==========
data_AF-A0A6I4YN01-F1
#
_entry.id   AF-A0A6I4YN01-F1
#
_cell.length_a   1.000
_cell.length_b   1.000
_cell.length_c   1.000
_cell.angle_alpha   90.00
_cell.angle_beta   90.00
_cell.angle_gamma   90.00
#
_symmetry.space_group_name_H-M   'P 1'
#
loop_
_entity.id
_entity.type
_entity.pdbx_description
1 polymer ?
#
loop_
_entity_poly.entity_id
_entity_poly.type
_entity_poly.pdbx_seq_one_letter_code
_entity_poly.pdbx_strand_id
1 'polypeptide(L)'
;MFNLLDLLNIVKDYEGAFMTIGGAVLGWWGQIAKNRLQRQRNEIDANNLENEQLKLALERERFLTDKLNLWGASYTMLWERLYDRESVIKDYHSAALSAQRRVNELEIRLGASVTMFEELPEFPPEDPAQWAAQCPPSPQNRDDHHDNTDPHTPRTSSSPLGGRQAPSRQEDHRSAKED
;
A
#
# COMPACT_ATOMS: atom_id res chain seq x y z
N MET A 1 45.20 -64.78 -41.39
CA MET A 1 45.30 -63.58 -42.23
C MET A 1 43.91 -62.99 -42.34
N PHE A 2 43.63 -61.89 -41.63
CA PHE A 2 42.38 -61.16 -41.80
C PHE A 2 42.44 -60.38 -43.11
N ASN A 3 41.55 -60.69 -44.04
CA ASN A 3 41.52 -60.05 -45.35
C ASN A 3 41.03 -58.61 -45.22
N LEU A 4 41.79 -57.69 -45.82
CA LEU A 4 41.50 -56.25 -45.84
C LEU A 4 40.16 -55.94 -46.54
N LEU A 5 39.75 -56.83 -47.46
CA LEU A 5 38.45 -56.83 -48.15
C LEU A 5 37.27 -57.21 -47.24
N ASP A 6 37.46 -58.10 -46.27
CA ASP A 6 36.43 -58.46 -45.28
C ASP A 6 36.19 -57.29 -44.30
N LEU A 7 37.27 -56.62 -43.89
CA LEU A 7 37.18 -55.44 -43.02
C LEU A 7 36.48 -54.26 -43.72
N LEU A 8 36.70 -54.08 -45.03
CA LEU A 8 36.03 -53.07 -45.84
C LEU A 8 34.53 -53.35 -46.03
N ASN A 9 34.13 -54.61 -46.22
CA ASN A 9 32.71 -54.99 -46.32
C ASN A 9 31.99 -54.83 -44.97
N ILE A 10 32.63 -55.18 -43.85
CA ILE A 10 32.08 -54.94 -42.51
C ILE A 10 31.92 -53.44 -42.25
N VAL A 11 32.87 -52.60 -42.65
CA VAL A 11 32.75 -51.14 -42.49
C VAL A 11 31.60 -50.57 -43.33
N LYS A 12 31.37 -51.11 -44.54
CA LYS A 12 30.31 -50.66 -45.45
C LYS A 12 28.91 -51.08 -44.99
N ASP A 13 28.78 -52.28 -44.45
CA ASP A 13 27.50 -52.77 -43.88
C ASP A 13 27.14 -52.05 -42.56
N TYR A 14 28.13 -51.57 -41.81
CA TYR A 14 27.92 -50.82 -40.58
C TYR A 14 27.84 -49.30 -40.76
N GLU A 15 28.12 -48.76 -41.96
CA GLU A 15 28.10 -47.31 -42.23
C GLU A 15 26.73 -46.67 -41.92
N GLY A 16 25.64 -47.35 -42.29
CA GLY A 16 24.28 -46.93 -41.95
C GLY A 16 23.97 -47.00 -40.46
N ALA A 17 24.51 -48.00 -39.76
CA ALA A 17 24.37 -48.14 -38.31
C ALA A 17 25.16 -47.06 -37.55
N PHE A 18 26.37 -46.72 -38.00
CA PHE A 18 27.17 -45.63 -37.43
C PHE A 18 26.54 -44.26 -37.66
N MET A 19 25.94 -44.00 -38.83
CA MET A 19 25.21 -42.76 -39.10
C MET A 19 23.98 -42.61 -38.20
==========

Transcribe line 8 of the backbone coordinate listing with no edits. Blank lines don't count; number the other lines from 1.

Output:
_cell.angle_alpha   90.00